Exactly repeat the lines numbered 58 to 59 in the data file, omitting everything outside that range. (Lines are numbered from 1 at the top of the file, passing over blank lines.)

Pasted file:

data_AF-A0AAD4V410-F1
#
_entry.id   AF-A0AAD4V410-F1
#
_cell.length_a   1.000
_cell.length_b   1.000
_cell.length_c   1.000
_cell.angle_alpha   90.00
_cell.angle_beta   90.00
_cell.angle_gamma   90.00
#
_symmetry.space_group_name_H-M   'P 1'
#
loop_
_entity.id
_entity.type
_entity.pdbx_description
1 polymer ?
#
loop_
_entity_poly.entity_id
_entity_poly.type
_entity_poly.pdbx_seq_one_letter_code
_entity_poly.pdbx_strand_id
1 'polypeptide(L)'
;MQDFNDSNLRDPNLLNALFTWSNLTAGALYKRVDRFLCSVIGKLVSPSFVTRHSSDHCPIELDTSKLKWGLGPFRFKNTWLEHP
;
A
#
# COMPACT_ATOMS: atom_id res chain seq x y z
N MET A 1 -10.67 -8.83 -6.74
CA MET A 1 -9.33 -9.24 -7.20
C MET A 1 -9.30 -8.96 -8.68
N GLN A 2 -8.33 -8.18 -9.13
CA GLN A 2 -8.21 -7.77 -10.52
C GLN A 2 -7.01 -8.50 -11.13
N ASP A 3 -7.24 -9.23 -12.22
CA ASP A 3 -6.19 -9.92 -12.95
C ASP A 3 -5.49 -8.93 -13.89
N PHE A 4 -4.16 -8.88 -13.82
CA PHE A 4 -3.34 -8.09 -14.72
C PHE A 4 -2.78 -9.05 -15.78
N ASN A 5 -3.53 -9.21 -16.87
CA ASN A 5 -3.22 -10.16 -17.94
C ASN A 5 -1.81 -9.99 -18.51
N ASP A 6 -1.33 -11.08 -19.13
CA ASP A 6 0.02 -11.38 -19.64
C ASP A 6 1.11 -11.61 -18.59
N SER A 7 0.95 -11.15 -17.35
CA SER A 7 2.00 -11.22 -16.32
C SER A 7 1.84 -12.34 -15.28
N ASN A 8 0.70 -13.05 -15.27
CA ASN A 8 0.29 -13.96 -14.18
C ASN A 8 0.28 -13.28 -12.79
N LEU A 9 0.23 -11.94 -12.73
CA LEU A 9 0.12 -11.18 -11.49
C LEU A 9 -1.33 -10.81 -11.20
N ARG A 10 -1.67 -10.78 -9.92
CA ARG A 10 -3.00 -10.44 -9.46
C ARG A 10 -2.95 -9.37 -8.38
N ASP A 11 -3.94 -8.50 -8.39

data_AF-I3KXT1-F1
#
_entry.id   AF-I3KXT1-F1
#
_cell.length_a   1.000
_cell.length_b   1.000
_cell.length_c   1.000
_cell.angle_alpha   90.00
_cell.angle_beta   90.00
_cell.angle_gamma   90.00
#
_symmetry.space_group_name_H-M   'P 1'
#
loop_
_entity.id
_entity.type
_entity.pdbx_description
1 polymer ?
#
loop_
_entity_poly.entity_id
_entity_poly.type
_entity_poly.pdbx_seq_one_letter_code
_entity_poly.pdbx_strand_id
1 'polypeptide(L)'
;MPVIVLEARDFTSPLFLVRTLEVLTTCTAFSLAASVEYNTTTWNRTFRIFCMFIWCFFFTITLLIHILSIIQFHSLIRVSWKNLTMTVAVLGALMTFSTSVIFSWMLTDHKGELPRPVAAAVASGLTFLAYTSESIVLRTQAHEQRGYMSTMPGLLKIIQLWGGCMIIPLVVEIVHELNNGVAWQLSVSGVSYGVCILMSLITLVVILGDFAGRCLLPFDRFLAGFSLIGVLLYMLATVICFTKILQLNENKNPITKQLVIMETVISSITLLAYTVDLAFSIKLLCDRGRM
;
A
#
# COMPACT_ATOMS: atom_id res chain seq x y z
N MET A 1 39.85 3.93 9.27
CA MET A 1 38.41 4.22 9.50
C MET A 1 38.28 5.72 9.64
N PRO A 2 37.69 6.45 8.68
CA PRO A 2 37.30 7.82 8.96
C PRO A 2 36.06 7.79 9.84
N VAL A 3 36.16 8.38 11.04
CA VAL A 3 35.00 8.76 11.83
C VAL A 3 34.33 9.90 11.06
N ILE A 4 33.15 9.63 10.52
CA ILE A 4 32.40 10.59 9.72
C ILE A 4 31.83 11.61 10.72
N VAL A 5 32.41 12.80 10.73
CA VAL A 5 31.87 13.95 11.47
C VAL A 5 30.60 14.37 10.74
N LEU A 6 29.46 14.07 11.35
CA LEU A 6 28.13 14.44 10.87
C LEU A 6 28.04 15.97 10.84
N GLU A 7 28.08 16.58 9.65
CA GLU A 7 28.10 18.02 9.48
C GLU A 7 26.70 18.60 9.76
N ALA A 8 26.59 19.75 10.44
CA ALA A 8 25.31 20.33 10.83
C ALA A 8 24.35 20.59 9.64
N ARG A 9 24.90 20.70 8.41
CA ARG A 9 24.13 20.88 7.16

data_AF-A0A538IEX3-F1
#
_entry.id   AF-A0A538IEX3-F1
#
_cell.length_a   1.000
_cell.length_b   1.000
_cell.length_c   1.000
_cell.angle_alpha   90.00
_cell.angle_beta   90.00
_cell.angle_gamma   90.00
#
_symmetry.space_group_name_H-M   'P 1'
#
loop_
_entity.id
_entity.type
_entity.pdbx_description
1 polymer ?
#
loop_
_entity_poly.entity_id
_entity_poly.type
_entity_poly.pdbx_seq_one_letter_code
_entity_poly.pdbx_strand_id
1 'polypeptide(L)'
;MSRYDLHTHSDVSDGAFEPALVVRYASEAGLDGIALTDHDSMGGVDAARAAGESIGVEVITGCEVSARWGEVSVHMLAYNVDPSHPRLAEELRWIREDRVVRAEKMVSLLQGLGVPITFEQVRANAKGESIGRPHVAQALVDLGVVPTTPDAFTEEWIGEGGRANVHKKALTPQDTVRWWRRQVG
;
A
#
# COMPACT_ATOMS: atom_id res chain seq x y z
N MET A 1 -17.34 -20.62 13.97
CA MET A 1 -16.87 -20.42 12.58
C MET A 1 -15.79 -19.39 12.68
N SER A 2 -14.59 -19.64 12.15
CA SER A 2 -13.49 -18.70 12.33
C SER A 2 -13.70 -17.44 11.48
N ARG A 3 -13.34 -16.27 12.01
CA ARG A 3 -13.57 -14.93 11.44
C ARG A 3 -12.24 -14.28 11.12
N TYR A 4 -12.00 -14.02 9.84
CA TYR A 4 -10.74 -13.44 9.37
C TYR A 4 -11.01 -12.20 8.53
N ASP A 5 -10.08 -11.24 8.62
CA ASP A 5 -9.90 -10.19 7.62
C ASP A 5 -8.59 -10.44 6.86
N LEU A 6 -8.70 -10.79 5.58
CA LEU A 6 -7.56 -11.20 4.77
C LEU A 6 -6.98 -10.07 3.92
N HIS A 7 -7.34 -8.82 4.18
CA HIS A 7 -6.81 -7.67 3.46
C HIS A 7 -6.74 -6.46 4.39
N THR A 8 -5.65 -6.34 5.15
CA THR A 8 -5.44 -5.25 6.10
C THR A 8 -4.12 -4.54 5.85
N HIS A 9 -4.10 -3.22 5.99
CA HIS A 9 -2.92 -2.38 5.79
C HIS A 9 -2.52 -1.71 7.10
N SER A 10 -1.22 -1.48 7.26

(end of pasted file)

N ARG A 10 -1.67 -10.78 -9.92
CA ARG A 10 -3.00 -10.44 -9.46